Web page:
If someone were reading along and didn’t know anything about how this story played, they would assume after reading the previous mini-paragraph that Deron Williams once and for all surpassed Chris Paul on that night. The opposite is true. The night that Williams set his postseason career high in points and played maybe the best 4th quarter of his professional career was the night that slammed the door shut on his chance to catch Chris Paul, if that hypothetical door were even slightly open, which it wasn’t. Watching that game solidified three things I suspected were true.

1: It solidified that Paul had once and for all finished off Deron Williams because that was the kind of shit Paul was doing on a nightly basis during the 2014-15 regular season. Paul had just finished off a post-All-Star Break stretch where he averaged 22 points, 4 rebounds, 11 assists and 2 steals with 51-43-93 shooting splits. What the fuck is that? 

2: It solidified that Williams best days were definitely behind him, because I was really surprised by what I was watching as it was unfolding. It’s like when an aging wrestler comes back for one match after they’ve been away for five years and the crowd chants “You still got it!” at them. You don’t chant that to the guy who has been away for six months with an injury. You chant it to the guy who is a shell of who he once was who just put together a string of moves that looked about 90% as good as it used to.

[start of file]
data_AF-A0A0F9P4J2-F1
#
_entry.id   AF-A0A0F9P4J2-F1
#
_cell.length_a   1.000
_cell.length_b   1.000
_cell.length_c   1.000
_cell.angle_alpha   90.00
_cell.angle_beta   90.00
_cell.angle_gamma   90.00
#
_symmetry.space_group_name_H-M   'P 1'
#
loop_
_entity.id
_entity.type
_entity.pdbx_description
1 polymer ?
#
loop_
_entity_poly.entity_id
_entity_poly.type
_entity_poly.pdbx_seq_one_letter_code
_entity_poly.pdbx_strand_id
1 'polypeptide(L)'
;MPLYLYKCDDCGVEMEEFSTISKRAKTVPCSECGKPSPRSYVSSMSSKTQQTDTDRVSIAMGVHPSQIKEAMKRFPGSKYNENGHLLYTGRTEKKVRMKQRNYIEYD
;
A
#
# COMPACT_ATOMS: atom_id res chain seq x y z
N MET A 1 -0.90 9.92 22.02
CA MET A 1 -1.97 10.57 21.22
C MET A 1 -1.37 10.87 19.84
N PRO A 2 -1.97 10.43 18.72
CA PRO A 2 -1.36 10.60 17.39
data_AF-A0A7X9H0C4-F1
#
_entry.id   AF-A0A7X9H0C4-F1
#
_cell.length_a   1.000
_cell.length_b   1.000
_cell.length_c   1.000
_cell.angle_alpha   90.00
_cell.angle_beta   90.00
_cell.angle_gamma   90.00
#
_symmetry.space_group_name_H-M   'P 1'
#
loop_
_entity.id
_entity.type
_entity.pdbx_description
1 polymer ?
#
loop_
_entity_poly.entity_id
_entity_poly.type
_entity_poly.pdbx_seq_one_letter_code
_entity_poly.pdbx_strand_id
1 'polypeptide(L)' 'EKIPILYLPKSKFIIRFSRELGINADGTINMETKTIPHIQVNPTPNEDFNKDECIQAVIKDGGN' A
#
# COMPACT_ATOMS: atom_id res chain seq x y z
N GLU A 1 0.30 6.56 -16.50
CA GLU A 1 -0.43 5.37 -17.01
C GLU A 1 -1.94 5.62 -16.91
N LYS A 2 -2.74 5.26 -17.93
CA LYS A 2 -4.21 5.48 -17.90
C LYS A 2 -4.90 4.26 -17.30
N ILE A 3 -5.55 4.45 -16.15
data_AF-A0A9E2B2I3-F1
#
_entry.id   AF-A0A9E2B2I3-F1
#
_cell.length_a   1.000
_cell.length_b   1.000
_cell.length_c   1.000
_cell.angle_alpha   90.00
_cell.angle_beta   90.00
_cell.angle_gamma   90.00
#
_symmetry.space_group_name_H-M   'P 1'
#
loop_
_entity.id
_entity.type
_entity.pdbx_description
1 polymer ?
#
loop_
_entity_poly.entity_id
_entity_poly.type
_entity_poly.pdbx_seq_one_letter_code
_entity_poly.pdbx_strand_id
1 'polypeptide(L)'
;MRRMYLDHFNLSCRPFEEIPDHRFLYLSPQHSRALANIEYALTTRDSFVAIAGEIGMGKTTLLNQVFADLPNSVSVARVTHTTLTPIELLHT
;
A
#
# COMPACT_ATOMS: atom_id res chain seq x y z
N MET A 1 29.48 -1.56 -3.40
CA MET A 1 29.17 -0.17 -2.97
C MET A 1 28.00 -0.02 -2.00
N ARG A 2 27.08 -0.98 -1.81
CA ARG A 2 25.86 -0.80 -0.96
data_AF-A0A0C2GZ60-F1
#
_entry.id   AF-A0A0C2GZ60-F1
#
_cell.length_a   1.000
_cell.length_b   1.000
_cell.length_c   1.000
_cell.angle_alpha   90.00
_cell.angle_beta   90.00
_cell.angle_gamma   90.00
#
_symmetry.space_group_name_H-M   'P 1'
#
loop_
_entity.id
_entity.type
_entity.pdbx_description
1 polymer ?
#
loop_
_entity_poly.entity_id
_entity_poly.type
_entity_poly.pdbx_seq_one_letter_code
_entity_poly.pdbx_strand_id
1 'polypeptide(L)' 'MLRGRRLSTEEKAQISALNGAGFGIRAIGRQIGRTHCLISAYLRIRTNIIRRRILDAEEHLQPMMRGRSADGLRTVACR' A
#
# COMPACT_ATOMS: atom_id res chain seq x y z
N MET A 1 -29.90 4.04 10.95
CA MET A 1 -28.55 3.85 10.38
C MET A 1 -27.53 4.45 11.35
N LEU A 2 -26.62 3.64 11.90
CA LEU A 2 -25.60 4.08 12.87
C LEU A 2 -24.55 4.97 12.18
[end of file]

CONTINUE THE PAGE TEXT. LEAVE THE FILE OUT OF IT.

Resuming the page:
3: It solidified that once upon a time Deron Williams was a supremely talented NBA point guard that was more than capable of taking over like that at any stretch in any game. There was a lot to love about D-Will’s game; he had underrated straight line speed and his change of direction on fast breaks was next level. The only thing quicker than his first step was his crossover. He was tremendously effective driving to the hoop early in his career, and over time to preserve his body he’s managed to shoot the three-ball more consistently than he did at the beginning of his career.

Unfortunately for Williams, his play on the court will probably be the third thing people remember about him. Williams ran long-time Jazz coach Jerry Sloan out of Utah, and just a few years later he quit on Nets coach Avery Johnson mid-season. In a roundabout way, if it weren’t for the “Chris Paul or Deron Williams” narrative, the most popular D-Will anecdote would be that he was one of the many talented players throughout league history that just so happened to be a coach killer. Now that comes in second to Williams not being quite as great as the best point guard of the 2000’s (spoiler alert). I suppose that isn’t an awful legacy to carry.